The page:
Tesla Shows 90-Second Battery Swapping For Model S, Details Rollout Plans

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As predicted last month, and tweeted and teased by CEO Elon Musk, Tesla Motors showed off battery swapping for its Model S electric car at a press event last night.

Held at Tesla's design studio in Hawthorne, California, the demonstration itself was simple: A Tesla Model S drove onto the stage and stopped over a hole in the floor.

Automated arms reached through the hole, supported the pack and the car, disconnected the fittings, and dropped it through the hole.

Then a replacement pack was moved into position, raised through the hole to sit under the car's floorpan, and reconnected to the car.

The entire process took roughly 90 seconds. The driver remained in the Model S throughout, and pulled away at the 1:33 mark.

Meanwhile, a countdown clock on the video screen behind the car showed a Tesla employee filling an Audi A8 with gasoline at what Musk claimed to be "the fastest gas station in L.A."

Enthusiastic owners

After Musk apologized for the length of time required to fuel up the Audi, the enthusiastic crowd of several hundred--largely Tesla owners--laughed when a second Model S drove on stage.

It too had its battery pack swapped from underneath, and managed to drive away before the Audi finished fueling after more than 4 minutes.

If you want another view of the events beside Tesla's promotional video shown above, try this one.

As Musk has noted, the Tesla Model S was designed from the start to enable its battery pack to be quickly and easily swapped out.

Once the flashy part was over, Musk turned his attention to the details. Our brief summary:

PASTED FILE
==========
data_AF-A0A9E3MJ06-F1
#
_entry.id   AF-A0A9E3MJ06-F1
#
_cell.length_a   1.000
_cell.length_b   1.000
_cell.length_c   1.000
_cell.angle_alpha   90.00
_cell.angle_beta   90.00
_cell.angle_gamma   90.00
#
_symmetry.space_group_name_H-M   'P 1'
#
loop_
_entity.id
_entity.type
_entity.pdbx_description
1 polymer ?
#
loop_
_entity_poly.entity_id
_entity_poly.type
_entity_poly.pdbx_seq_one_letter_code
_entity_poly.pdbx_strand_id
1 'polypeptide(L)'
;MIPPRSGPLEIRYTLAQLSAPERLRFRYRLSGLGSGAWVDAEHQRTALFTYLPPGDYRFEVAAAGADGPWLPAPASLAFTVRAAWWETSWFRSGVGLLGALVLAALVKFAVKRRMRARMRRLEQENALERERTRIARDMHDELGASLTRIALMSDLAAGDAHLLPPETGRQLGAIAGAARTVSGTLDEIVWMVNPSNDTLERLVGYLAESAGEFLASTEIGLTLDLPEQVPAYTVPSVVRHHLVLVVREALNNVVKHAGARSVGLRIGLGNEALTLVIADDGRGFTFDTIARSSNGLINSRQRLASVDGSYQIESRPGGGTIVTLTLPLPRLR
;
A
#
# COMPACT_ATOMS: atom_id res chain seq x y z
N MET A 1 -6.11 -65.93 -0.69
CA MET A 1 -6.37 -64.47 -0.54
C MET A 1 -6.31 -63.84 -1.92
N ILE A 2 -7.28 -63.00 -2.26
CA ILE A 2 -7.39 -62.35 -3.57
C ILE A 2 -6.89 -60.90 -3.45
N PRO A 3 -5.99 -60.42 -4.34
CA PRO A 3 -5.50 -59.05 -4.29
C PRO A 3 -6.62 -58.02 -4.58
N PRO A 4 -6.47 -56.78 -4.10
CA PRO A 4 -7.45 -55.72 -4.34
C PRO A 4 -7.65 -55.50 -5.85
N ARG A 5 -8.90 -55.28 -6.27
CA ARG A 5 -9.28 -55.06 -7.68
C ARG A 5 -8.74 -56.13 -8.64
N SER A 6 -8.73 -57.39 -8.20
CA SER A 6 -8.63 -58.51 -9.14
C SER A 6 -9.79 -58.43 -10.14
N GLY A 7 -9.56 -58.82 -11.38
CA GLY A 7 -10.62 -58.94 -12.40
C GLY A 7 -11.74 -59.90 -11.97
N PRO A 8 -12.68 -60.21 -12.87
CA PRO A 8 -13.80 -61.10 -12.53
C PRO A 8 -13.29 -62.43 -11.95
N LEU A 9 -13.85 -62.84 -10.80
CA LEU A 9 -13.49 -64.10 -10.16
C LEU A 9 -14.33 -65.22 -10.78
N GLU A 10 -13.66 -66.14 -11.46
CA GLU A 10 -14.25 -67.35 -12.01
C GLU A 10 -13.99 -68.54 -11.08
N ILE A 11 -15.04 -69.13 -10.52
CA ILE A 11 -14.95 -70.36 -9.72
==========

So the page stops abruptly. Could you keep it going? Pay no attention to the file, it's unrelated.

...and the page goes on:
• Tesla will roll out battery-swapping in California first, with the San Francisco-Los Angeles corridor along I-5 going live by the end of this year
  • Then sometime next year, the company will turn its sights to the Northeast Corridor from Boston through New York City to Washington, D.C.
  • "Tesla Stations" that offer swapping will be located in the same sites as Supercharger fast-charging stations
  • Each will have about 50 batteries, which will be kept fully charged by the existing infrastructure for charging energy-storage batteries at those sites


  • The Supercharger network of DC fast-charging stations will remain, and it will continue to be free for Model S owners to use
  • For the much faster swapping, Tesla will charge owners a fee for the fully-charged battery pack swapped into their car
  • That fee will be roughly equivalent to the cost of 15 gallons of gas, Musk said, perhaps $60 in California
  • In other words, a 20- to 30-minute Supercharge to recharge a pack to 80 percent will be free, but a full recharge in 90 seconds will cost the same as a fill-up

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